A Northern cartoonist's portrayal of when South Carolina Rep. Preston Brooks entered the Senate chamber in May 1856 and <a href="https://www.senate.gov/artandhistory/history/minute/The_Caning_of_Senator_Charles_Sumner.htm">savagely caned</a> Massachusetts Sen. Charles Sumner, who had earlier given a contentious speech on whether Kansas should be admitted to the union as a slave state or a free state.

A Northern cartoonist's portrayal of when South Carolina Rep. Preston Brooks entered the Senate chamber in May 1856 and savagely caned Massachusetts Sen. Charles Sumner, who had earlier given a contentious speech on whether Kansas should be admitted to the union as a slave state or a free state.

Got a question about Congress and can’t find the answer on Wikipedia? It’s likely the Senate historian can help. The Senate Historical Office serves as the institutional memory for Congress, the media and the general public. Today, a good part of the job is making Senate history available online — everything from transcripts of the McCarthy hearings to oral history interviews with senators and staffers. We speak with Senate Historian Donald Ritchie about the legislative body’s past and present.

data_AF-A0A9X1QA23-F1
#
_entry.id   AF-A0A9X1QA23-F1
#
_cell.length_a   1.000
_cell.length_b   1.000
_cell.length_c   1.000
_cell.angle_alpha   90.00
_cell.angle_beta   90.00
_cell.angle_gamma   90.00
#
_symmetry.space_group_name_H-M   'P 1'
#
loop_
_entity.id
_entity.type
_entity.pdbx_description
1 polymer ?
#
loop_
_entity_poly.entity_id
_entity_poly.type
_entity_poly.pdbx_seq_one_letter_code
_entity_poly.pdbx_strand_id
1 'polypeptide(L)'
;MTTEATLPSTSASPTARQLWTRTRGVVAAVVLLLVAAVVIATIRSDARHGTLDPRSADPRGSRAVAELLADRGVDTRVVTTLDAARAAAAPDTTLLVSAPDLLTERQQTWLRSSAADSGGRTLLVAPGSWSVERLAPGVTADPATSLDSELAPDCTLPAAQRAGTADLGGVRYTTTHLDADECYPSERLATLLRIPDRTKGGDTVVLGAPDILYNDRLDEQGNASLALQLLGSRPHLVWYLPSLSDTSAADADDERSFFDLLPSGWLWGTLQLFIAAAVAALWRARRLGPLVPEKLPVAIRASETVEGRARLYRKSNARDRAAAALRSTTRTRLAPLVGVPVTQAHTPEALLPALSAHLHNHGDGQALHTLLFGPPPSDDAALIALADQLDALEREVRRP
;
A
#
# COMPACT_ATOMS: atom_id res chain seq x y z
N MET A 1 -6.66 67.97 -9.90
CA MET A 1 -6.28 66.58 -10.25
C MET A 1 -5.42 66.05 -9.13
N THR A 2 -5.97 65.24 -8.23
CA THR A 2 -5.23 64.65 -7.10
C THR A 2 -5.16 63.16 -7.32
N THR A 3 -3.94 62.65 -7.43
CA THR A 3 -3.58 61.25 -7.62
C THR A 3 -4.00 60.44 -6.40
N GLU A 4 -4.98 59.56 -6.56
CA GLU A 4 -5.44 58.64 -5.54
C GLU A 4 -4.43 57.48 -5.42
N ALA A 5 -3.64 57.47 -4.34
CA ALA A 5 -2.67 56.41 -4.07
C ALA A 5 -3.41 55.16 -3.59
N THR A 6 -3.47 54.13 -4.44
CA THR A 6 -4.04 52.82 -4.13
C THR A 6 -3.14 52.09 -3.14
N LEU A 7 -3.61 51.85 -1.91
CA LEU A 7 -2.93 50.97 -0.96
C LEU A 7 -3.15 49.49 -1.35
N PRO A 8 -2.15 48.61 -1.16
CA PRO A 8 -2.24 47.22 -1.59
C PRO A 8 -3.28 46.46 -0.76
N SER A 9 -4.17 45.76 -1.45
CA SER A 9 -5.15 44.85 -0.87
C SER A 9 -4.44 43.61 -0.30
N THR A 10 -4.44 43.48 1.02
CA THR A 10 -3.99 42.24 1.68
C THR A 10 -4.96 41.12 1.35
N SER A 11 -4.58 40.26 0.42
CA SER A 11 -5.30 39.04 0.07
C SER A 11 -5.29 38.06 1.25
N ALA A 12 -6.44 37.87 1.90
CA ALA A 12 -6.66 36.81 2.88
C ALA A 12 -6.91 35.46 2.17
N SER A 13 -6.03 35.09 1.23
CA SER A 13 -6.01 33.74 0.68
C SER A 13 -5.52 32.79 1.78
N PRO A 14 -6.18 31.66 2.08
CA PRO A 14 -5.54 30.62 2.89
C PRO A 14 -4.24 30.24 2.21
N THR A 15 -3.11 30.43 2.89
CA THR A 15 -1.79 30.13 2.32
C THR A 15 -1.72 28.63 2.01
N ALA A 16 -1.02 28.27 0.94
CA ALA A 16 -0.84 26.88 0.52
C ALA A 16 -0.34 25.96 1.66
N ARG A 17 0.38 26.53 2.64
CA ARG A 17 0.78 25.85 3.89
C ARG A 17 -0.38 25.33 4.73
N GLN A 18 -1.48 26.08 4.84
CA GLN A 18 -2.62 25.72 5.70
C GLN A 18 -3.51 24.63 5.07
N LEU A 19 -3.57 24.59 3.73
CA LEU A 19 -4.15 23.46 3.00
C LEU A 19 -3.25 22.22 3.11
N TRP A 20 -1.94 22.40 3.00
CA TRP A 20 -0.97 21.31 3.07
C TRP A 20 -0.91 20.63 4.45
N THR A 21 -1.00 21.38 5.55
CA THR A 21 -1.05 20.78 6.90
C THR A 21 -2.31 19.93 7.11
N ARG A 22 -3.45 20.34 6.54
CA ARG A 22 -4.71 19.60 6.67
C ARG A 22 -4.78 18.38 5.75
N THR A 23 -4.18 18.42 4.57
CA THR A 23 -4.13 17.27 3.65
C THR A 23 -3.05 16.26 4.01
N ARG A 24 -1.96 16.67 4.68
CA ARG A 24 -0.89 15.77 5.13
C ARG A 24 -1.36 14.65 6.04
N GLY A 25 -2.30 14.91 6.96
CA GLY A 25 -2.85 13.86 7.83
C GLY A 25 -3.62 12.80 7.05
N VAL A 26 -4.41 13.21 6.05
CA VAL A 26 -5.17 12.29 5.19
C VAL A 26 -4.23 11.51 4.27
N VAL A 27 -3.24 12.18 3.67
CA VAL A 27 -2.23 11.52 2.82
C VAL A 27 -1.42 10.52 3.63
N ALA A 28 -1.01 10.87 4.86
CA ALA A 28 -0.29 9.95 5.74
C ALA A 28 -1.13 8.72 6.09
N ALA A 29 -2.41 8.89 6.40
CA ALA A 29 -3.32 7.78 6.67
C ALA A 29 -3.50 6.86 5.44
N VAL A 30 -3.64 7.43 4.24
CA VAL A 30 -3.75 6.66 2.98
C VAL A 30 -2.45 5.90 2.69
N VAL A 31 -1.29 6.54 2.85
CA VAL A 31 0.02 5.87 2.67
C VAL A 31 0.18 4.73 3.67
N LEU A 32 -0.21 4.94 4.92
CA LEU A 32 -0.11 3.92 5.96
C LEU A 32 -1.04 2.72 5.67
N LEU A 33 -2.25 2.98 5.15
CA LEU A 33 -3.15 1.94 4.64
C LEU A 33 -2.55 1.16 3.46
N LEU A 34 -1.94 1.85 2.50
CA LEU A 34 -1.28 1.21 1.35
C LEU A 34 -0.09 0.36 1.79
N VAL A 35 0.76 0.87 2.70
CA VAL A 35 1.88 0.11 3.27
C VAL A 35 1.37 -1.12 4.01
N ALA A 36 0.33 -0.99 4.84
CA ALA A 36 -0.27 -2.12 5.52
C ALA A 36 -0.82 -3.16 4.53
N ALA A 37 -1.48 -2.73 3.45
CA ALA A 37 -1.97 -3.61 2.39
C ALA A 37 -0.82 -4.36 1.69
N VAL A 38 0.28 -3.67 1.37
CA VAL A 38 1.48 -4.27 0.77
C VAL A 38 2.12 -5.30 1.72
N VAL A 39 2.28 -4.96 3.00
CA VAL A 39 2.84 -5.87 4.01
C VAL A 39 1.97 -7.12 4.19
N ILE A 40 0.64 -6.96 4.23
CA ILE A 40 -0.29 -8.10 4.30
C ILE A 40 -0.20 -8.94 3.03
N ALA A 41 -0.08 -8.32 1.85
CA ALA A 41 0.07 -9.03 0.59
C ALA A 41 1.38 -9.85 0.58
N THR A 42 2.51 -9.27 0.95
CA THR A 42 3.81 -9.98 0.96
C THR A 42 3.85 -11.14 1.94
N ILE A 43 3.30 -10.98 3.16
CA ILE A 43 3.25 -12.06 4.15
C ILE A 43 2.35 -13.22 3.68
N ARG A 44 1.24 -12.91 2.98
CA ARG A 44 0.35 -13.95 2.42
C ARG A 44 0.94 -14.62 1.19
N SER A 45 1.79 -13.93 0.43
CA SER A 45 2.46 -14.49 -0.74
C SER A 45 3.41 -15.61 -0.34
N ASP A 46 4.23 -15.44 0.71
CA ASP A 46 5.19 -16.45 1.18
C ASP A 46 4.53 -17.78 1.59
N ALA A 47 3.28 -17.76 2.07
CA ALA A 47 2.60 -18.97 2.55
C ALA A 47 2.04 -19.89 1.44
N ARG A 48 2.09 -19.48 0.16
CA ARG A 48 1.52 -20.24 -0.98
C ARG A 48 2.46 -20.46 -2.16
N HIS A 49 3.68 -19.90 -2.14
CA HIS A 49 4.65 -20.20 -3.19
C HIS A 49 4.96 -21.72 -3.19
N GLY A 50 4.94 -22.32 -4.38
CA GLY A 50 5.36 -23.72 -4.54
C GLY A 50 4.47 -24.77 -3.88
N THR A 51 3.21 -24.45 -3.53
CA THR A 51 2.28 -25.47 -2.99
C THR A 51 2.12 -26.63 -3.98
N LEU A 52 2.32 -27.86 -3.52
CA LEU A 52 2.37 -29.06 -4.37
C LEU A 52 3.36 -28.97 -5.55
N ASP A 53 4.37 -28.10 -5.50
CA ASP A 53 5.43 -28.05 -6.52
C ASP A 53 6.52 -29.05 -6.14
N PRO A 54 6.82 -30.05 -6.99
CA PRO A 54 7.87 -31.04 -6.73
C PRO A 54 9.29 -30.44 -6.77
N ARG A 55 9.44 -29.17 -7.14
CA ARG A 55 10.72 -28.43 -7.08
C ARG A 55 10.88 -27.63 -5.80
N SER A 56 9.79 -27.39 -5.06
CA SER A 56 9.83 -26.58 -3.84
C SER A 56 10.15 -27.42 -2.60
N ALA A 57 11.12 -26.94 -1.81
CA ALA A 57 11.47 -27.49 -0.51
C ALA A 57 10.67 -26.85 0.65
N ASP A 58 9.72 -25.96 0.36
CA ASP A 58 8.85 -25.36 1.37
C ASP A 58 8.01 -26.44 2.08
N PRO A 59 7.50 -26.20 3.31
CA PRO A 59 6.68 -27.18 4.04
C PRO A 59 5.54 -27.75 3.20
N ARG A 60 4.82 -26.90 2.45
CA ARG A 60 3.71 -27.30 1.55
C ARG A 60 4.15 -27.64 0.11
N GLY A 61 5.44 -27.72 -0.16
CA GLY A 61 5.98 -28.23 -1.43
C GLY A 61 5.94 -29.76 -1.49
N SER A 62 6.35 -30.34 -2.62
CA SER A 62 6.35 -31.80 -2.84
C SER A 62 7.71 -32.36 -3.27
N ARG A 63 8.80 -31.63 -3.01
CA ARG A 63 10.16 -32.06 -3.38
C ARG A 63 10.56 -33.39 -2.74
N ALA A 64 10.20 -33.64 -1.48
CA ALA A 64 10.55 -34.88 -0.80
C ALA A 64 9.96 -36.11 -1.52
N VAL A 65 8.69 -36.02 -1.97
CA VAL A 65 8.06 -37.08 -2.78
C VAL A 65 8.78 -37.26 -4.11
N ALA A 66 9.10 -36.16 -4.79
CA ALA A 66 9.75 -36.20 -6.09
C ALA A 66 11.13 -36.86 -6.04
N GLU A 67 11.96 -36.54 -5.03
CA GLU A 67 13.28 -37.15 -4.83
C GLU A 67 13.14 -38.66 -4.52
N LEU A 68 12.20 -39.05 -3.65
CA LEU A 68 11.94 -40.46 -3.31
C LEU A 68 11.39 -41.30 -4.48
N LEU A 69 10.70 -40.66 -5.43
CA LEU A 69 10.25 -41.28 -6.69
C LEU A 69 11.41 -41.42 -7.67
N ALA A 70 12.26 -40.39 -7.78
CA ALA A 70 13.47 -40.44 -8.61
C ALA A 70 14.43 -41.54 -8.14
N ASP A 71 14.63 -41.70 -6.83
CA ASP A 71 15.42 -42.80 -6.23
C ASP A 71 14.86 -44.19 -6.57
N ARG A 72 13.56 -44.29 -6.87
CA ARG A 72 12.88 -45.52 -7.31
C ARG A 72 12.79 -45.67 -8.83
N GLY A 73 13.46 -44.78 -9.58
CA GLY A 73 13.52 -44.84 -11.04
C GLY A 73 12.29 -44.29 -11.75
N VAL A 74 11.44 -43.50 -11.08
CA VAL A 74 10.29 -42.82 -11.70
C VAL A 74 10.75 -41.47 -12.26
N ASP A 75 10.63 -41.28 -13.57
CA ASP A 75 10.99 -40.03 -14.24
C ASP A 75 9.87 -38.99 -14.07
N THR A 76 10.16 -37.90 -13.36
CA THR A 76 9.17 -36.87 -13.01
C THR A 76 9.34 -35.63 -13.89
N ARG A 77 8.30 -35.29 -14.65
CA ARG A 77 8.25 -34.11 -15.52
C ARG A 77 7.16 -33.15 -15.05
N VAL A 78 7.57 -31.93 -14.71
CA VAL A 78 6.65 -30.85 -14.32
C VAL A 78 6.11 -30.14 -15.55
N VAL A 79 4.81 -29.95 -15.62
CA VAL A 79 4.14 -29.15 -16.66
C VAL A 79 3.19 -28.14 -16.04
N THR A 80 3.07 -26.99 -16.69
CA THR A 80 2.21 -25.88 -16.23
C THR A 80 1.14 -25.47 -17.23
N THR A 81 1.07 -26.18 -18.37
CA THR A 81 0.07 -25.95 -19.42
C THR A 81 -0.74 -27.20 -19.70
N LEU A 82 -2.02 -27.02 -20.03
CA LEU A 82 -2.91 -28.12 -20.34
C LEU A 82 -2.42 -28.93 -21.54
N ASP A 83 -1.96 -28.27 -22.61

Guests

  • Donald Ritchie Historian of the United States Senate.

Related Links

Topics + Tags

Comments

comments powered by Disqus
Most Recent Shows

The Politics Hour: September 18, 2020

Friday, Sep 18 2020The timeline and cost for completing the Purple Line is up in the air after a judge ruled that contractors may quit in the middle of the project. Montgomery County Executive Marc Elrich weighs in on that, the latest coronavirus news and more.